Streeter Seidell of 'SNL' Is Overwhelmed by Daily Papers: MEDIA DIET

He also is way down to check out beach outfits from the 1800s.

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Streeter Seidell is a name many a thirtysomething male remembers well, and not just because the name is “Streeter Seidell.” Seidell was on the ground floor at CollegeHumor, a site that owed much of its success to his editing. He and Amir Blumenfeld’s notorious pranks on each other eventually led to the MTV series Pranked. Seidell went on to write for Trophy Wife before landing a gig at Saturday Night Live last season. I caught up with him as he was wandering the, ahem, streets of Minneapolis, where he’s performing stand-up this week. He’s looking forward to his second season of SNL starting this fall, but not as much as not having to read the newspaper every day.

“I used to get The New York Times home delivery every day, but it was so much,” Seidell says. “It was beginning to feel like a chore. It was stressing me out.” When I tell him I stopped my subscription because people always kept stealing it off of my stoop, Seidell hears a lifehack. “I would’ve been thrilled if someone had done that,” he says, “because that would’ve been one less thing I would’ve had to do that day.”

His main news source these days is Reddit. “I read it every day: the news and world news sections, and then a bunch of random subreddits,” he says. When I ask him about the recent shitstorm over there, he demurs. “I wouldn’t call myself a true Redditor, in the sense that I don’t actively participate in the community that much. I use it mostly as education and entertainment.” Seidell finds the firing of Reddit’s director of talent, Victoria Taylor, the most fascinating. “I didn’t really have a visceral reaction to that,” he said. “It was kind of interesting to see how mad everyone got. I guess it was a little bit of a feel-good thing knowing that a single employee at a big company — normally you’re such a replaceable little thing — can cause so much commotion if they’re let go.”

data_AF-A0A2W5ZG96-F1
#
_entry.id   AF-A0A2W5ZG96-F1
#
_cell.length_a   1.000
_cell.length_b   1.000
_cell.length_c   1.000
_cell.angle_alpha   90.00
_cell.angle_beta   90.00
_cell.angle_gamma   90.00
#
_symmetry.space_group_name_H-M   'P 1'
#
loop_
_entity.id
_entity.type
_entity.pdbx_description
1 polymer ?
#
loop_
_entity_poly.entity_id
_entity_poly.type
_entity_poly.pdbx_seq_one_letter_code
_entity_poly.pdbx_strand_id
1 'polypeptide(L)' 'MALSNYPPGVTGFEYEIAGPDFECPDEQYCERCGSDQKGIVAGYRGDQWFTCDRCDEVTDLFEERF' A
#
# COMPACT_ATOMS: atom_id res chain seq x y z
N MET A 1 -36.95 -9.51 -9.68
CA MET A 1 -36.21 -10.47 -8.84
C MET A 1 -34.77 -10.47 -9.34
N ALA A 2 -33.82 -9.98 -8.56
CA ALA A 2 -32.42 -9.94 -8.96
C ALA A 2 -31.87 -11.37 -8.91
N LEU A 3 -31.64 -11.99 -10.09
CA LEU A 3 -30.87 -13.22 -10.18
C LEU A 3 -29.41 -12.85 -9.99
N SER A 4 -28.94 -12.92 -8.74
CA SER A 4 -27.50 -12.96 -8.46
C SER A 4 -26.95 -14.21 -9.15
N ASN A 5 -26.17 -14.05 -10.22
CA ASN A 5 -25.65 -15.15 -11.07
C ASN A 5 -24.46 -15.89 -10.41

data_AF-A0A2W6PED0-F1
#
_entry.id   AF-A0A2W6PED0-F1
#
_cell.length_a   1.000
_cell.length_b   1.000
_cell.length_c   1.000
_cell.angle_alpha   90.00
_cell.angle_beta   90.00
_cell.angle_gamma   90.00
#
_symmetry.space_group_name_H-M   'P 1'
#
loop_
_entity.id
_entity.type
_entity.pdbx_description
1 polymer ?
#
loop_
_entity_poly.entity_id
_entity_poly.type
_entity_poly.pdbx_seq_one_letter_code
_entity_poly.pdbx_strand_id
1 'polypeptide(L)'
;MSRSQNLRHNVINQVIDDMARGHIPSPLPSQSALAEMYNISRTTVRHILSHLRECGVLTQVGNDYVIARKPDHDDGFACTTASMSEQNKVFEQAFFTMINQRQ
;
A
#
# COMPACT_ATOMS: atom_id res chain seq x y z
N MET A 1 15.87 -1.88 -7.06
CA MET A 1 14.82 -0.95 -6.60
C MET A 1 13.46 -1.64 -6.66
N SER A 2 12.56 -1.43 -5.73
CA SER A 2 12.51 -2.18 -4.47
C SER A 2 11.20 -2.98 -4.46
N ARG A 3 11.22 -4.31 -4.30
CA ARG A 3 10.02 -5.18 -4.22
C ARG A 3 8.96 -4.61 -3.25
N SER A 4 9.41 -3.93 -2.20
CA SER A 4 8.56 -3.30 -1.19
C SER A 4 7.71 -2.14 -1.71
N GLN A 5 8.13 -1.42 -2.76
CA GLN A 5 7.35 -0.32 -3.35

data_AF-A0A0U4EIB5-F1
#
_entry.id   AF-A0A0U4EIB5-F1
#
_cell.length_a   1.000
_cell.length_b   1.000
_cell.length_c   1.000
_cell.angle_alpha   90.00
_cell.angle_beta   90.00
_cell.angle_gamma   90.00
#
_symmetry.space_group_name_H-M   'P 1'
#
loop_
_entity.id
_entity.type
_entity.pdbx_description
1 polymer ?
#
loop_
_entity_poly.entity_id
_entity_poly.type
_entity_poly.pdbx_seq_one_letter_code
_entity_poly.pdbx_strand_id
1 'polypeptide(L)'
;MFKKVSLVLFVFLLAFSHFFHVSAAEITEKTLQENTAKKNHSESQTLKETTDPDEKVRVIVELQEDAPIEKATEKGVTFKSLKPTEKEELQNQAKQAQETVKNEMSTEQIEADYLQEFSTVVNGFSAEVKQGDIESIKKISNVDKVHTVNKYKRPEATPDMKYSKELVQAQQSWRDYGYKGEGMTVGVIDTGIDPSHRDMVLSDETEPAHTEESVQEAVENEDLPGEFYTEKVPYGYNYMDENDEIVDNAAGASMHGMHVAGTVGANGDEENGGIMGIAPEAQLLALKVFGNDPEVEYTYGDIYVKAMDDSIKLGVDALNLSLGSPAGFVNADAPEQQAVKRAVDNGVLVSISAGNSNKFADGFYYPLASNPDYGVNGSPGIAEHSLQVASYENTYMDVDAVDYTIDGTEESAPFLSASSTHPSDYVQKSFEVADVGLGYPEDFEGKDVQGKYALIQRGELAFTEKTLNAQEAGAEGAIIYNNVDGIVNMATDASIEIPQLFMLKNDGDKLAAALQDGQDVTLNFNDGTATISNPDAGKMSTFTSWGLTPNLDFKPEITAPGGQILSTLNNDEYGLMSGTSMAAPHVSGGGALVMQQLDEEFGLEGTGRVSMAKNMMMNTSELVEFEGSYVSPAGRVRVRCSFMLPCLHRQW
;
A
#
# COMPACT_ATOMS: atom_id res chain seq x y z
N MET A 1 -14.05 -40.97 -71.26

Seidell also checks out Mashable, in part because he finds the app “very nice and slick.” Oh, and also for random historical photography. “They do a series called Retronaut which is old pictures of various stuff,” he explains. “They’ll just be like, ‘Here’s what people wore to the beach in the 1800s.’”

He hasn’t completely done away with print, though. “I read New York magazine and National Geographic,” Seidell says of his mail delivery. “I get some travel magazines from my credit card. Whatever Amex’s travel magazine is — not too bad.”

Along with CollegeHumor and SNL’s YouTube channels, the ubiquitous page where he starts his day is Vice. “I pretty much will read or watch anything from Vice,” he claims. Seidell is also a fan of Splitsider — with a caveat. “It has kind of a limited appeal. If you’re not in the comedy world or a really big comedy fan, it might be lost on you,” he says. “But they do some broad stuff as well.”

At night, he’s got a one-track mind. “I’m pretty much a full slug at home. I like to lounge around and watch whatever’s on. I watch the regular stuff that everyone watches — like Game of Thrones.” When I ask whether that’s to feed some sort of cultural competency, he’s more pragmatic. “Everyone watches those shows because they’re good,” he says. “It doesn’t seem like a chore, like something I have to do. I genuinely enjoy it. I really like Veep. I like The Brink.” A self-admitted slug, perhaps, but a slug with an HBO subscription.

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